How to set up environment varying code in your Rust web app

Iron

Rust

There are times when you’ll want your app to run different code depending on which environment it’s in: development, production, etc.

For example: You provide your templating engine with a baseurl variable. In production, you want it to point to https://my-app.com, but in development you want it to point to http://localhost:8888.

We can accomplish this in Rust-y web apps with environment variables and the dotenv crate, as demonstrated in the following post.

Create a .env file

We’ll start by creating a .env file at the top level of our local project and inserting the following variable. If you already have a .env file, then just insert it on a new line.

PRODUCTION=

We’ll use that variable to provide a bool stating whether or not the app is running in production. Locally, there shouldn’t be any characters after the = sign. In your production server’s .env, insert the following:

PRODUCTION=1

Add the dotenv crate

Now that we have .env files with the appropriately configured variable in our various environments, we can use them in our app.

We’re going to be using the popular dotenv crate to make the variables available to our app. Let’s add it to our Cargo.toml

[dependencies]
dotenv = "0.10.0"
// […]

…and import it:

extern crate dotenv;
// …

use dotenv::dotenv;
// …

Lastly we’ll tell dotenv to load the variables contained in the project’s .env into our app. Place the following right at the top of fn main:

dotenv().ok();

Using the variables

With that done, we can access the environment variables in the file the same way we would access the system’s variables.

Start by importing the standard environment library:

use std::env;

There are a few ways to approach the next part. If you’re going to be using this across different files and functions in your app (likely), then creating a lazy_static is probably the way to go. For brevity, I’m going to assume you’re only using the PRODUCTION variable within one function though.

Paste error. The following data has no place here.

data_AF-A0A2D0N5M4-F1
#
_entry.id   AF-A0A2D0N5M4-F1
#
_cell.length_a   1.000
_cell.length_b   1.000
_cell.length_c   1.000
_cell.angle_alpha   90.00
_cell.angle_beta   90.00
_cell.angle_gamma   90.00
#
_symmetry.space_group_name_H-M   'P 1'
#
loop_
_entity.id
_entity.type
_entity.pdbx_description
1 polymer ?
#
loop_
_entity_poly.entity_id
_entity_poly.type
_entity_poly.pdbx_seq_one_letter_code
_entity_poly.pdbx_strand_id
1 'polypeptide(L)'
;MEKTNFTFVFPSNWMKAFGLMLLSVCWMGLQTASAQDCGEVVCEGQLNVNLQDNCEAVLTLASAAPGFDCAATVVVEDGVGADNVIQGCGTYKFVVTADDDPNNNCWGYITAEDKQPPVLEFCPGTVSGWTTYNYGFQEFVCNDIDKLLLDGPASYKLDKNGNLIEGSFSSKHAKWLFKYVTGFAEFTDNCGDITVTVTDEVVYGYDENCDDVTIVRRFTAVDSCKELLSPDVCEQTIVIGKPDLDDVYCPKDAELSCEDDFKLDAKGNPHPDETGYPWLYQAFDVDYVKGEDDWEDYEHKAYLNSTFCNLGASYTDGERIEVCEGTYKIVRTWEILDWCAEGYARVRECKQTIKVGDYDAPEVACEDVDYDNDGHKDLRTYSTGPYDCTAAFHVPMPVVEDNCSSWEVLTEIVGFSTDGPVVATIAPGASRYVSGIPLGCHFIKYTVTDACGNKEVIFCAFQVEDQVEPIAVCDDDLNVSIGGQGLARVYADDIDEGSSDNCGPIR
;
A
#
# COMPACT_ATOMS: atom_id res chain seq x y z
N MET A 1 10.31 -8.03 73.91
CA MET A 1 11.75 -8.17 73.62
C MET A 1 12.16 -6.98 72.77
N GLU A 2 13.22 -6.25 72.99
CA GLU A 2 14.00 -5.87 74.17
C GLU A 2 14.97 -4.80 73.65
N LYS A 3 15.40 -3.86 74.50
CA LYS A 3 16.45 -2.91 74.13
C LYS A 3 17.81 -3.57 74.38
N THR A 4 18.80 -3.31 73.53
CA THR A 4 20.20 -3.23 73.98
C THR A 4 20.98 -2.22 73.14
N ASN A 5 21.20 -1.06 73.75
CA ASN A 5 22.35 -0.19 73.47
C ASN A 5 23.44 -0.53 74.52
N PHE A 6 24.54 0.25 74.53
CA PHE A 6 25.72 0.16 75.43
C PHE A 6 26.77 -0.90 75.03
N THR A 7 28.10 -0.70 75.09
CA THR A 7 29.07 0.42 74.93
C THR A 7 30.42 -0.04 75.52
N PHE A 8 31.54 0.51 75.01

Add the following to the function in question:

let is_in_production = env::var("PRODUCTION").is_ok();

env::var returns a result based on (a) if the variable is present and (b) if it is valid unicode. The variable with nothing after the = sign we created above was purposefully mal-formatted so that when we call is_ok on the result of env::var, it returns false because env::var returns an error. In production, as the variable is correctly formatted in that environment, is_ok will return true.

Now in our function we can do:

if is_in_production {
    // Our app is running in production…
} else {
    // Our app isn't running in production…
}

Conclusion

This approach can be extended for code that varies again if running in staging or testing or both. Just set, for example, STAGING=1 where appropriate and add an else if branch to the existing conditional(s):

let is_in_production = env::var("PRODUCTION").is_ok();
let is_in_staging = env::var("STAGING").is_ok();

if is_in_production {
    // Our app is running in production…
} else if is_in_staging {
    // Our app is running in staging…
} else {
    // Our app isn't running in production or staging…
}
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